When it comes to finding the next brilliant idea that could change your life and potentially change the world around you, there are two different schools of thought. Many people think that the best way to internalize their thought process and look for inspiration is to isolate themselves and focus on their own inner mindset until the “light bulb moment” hits. Others believe that getting out there, socializing with people and listening to what they have to say is where inspiration lies. While inspiration can hit at any time, and everyone’s mind works differently, getting out there and mixing with people in different environments is, in my opinion, the best way to boost your brain and enable the idea process. After all, as creatures we are at our best when we socialize. It’s in our blood.
Socializing has many benefits and can improve our well-being as well as our brain function. Interaction with others is the cornerstone of what makes us human. We thrive in social situations, and our minds become sharper and more astute the more we interact with the world around us. Doctors and scientists have long banged the drum of social interaction as a cure for a variety of emotional illnesses, including depression and anxiety. The mental stimulation socializing provides helps us not only to feel happier but can also improve the way we think and feel. It is this stimulation of human interaction that can be harnessed to generate not just ideas but great ideas.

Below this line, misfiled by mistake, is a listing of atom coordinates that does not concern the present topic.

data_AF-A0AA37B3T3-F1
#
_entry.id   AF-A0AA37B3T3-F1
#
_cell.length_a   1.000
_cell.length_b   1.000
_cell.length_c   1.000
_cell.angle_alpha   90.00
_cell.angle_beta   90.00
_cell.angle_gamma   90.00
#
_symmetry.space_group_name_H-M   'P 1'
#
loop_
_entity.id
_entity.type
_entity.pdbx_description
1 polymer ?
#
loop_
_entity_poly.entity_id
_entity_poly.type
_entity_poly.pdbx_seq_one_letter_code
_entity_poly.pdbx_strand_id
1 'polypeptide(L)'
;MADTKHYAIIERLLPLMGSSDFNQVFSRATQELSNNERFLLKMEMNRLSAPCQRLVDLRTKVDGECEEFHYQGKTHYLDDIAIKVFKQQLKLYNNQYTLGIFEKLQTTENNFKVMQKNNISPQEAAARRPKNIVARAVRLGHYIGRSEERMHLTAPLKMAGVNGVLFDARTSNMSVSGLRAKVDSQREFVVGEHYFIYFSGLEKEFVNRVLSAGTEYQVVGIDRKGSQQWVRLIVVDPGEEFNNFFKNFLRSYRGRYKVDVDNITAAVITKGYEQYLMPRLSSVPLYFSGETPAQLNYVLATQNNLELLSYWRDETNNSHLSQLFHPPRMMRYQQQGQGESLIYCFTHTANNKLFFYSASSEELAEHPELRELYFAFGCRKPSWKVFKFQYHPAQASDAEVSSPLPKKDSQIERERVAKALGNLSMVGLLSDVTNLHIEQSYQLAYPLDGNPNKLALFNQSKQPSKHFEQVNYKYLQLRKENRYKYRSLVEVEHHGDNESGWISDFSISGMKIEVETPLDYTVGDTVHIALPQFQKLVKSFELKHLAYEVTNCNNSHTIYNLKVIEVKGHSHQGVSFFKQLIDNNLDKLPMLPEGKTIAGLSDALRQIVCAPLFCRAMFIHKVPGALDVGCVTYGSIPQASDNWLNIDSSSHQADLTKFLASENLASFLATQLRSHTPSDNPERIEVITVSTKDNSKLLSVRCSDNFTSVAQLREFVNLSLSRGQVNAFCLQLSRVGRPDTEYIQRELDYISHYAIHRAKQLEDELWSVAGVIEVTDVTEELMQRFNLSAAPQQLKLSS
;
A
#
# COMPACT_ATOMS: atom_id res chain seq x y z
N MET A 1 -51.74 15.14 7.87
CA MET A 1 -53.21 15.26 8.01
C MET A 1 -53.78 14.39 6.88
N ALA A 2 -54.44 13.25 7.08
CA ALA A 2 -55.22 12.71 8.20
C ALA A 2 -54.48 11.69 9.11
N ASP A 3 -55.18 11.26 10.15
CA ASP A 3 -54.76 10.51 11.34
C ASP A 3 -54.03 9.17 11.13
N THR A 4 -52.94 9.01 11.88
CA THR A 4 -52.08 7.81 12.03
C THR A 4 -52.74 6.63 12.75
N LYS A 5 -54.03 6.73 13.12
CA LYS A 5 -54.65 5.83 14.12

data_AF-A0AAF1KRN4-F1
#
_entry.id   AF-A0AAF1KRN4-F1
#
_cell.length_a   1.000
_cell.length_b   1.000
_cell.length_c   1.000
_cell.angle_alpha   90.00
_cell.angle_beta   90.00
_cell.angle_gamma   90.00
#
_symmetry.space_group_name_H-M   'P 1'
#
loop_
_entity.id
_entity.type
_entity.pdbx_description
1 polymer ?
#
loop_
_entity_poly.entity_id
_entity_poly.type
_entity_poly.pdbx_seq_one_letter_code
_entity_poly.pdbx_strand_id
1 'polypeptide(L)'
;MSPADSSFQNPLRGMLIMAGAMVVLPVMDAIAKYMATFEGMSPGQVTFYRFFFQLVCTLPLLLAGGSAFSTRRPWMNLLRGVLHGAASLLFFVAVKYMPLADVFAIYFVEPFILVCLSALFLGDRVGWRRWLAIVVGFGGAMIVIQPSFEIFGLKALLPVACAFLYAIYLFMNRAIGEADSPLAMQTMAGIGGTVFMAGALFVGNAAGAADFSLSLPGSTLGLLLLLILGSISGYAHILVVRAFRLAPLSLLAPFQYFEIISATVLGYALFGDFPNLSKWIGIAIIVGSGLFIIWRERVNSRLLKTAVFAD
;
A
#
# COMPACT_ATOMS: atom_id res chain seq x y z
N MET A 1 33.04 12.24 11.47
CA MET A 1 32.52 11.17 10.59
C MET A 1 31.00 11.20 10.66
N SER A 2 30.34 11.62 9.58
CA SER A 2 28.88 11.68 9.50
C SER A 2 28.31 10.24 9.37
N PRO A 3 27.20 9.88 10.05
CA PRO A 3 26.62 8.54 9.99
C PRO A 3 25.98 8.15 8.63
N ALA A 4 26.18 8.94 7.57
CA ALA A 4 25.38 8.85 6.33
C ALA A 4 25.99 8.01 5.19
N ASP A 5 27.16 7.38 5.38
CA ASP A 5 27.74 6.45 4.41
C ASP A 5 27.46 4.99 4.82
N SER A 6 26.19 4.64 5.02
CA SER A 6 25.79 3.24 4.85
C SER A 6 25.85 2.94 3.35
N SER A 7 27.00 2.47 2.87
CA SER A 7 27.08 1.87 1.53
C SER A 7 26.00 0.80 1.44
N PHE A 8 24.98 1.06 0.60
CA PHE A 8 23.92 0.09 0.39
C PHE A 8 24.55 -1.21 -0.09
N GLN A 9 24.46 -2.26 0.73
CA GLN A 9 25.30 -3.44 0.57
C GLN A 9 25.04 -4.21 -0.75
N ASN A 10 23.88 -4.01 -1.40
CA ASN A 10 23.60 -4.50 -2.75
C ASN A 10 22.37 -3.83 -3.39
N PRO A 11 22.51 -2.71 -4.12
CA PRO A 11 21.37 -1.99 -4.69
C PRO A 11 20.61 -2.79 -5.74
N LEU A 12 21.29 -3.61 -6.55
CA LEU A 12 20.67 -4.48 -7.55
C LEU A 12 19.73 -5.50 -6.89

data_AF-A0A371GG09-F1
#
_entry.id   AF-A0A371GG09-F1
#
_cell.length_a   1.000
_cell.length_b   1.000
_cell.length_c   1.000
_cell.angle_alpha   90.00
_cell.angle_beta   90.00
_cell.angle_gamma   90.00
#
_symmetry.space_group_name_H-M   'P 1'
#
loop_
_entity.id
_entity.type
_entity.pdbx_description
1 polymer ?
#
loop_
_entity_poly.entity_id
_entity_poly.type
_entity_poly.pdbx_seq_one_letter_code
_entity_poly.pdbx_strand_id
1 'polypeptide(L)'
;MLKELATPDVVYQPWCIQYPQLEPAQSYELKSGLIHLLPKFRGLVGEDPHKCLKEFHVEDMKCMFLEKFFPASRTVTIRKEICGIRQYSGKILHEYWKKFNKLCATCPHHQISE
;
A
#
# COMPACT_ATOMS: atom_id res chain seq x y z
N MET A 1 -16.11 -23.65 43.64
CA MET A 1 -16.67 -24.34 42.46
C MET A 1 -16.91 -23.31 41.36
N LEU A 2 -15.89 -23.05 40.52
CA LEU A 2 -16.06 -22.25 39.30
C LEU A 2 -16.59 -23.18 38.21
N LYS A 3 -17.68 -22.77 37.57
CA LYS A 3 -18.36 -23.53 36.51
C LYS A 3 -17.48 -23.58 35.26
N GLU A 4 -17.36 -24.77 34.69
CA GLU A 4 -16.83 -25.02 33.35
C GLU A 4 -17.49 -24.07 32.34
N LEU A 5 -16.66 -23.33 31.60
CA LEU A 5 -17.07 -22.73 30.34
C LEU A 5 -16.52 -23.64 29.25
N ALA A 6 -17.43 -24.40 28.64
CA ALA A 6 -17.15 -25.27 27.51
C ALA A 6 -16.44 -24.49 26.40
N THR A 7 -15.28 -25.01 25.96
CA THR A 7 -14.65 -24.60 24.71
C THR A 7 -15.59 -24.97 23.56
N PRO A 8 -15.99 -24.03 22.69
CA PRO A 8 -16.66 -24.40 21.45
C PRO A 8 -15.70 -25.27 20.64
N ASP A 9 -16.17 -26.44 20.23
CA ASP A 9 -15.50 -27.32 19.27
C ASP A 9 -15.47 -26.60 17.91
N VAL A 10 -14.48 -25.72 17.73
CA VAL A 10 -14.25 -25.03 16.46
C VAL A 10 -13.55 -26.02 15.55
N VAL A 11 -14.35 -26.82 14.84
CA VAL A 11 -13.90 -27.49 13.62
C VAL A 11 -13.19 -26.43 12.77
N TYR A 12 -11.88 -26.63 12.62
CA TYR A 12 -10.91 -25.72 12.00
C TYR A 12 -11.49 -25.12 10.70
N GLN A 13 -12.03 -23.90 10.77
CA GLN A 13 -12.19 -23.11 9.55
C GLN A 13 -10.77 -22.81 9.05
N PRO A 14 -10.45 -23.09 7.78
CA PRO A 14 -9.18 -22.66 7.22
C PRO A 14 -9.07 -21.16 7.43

How many times have you been at a restaurant with friends or family, and during the conversation a member of your party said something that sparked a moment of inspiration or clarity? How many times have you sat in a coffee shop listening to the hustle and bustle around you, when a lightning bolt of inspiration hit you (although we’ll discuss later the counterargument that inspirational lightning bolts don’t really exist)? The coffee shop environment is a hotbed of ideas. Take J.K. Rowling as an example. She spent hours of her time writing the initial drafts of her mega-selling Harry Potter book franchise whilst sitting in her local café and watching those around her for inspiration.
But the ideas generated while socializing don’t have to be as large or as complicated as writing the next best-selling children’s book. Successful ideas can be simple and still change the world. Look at how Tim Berners-Lee’s original humble idea of having a space to share and collaborate with colleagues bloomed into the World Wide Web. So many inventions and innovations start small and grow as more ideas (sometimes from other people) join them to make a larger whole.